For a Good Clause – Part I: The Who, What, When, Where, and How of Your Arbitration Agreement

By R. David Gallo

In our K&H Arbitration Blog series “For a Good Clause,” we examine arbitration agreements through a variety of lenses to help you draft and select arbitration clauses that meet your business needs.  In this installment, we provide a list of questions that you can use to better craft and understand your arbitration agreement.

You have some real power to determine the contours of your arbitration.  Legally and practically, this power is most potent when you are drafting your arbitration agreement.  Take the time to discuss with your counterparties during contract negotiations what it will look like if the parties end up in arbitration.  Whether the parties are drafting an arbitration clause from scratch, making minor modifications to a clause used in an earlier contract, or dropping an off-the-shelf model clause into their contract, they should understand the whowhatwhenwhere, and how of their arbitration agreement.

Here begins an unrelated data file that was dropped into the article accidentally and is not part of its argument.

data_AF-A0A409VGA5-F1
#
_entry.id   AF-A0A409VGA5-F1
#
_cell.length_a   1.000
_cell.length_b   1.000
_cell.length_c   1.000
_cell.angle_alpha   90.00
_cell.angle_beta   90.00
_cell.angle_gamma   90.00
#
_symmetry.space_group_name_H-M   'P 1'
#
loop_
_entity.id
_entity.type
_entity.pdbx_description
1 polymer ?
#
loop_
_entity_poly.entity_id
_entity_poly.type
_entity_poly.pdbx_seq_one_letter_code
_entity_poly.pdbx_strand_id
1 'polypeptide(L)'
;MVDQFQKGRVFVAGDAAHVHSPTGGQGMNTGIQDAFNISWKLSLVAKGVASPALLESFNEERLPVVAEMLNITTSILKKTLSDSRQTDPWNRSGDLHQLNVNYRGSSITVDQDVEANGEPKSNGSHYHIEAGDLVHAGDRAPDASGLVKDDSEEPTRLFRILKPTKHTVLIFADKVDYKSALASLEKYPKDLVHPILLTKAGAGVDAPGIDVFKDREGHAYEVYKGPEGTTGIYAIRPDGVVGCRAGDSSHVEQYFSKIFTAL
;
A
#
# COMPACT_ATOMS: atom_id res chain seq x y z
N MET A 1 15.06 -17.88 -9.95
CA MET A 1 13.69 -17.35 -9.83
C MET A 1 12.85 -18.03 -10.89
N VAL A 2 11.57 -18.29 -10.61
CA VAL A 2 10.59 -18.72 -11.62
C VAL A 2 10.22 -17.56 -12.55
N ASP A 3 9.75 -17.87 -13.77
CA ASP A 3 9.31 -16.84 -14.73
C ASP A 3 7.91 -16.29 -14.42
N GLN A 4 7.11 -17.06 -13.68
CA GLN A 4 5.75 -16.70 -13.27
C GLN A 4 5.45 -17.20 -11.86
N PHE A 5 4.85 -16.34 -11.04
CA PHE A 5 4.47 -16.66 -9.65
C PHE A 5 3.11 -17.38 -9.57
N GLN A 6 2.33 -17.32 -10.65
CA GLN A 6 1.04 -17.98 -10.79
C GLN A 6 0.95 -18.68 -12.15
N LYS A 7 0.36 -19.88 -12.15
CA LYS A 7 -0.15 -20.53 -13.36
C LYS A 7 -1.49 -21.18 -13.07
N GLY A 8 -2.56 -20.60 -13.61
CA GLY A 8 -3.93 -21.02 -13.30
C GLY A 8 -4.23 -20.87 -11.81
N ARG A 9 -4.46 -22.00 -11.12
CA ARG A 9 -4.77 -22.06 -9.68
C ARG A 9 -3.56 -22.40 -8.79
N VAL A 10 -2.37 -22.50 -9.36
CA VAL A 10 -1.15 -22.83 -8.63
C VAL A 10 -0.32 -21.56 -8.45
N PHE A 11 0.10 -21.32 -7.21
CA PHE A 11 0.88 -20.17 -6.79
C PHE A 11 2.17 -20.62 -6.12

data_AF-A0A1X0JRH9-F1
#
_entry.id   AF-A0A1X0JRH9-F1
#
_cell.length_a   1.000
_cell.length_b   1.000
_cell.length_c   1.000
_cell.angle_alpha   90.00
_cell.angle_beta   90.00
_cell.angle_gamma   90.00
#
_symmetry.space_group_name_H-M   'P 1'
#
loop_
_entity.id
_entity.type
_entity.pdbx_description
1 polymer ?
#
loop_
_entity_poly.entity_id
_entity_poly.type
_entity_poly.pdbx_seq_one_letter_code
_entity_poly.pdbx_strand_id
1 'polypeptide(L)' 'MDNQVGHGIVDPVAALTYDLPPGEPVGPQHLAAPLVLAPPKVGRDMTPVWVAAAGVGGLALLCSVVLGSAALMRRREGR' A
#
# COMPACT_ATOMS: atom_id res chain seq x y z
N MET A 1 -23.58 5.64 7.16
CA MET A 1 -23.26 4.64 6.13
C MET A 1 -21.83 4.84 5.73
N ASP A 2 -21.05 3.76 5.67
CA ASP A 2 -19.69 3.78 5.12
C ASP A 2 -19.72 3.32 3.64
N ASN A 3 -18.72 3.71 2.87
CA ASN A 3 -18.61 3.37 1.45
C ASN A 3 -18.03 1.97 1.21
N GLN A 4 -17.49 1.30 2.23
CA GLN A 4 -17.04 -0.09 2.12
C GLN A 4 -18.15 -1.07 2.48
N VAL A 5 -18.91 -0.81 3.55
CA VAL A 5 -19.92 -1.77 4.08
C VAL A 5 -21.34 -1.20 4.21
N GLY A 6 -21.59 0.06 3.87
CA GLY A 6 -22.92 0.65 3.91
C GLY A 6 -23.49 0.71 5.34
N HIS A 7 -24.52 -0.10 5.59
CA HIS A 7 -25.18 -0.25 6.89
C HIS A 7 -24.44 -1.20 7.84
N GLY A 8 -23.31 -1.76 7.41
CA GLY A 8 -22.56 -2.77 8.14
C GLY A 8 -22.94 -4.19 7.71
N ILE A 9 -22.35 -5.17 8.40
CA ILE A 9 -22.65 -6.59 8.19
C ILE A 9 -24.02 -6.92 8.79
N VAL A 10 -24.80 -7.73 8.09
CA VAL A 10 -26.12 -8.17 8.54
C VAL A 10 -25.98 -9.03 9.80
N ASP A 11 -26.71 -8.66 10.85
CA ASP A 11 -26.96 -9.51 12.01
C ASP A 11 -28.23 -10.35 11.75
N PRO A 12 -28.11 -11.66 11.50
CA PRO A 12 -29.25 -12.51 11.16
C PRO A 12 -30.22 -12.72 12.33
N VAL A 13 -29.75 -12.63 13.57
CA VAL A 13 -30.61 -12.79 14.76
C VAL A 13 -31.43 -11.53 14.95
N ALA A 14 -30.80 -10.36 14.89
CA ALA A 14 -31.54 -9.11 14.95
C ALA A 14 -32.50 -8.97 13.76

Who (is submitting to arbitration)?  Typically, your contract will provide that it is the parties to the contract who agree to submit to arbitration, and this aligns with the foundational principle that arbitration is a voluntary process.  Still, many arbitrations get sidetracked by the question of whether a party that did not sign the contract should nevertheless be a party to the arbitration.  This may be because one of the parties is judgment proof and its parent company has deep pockets, or because a third party participated in the performance or alleged breach of the underlying contract.  Consider whether your particular corporate or contractual circumstances call for clarifying the issue of who should–or should not–be arbitrating in connection with your contract.  And if you are selecting a set of institutional rules that will apply to your arbitration, carefully read any provisions regarding joinder of additional parties.  See, e.g., International Chamber of Commerce (“ICC”) Arbitration Rules, Art. 7.  The parties may decide that it is best to strike or modify such rules (as parties are generally permitted to do).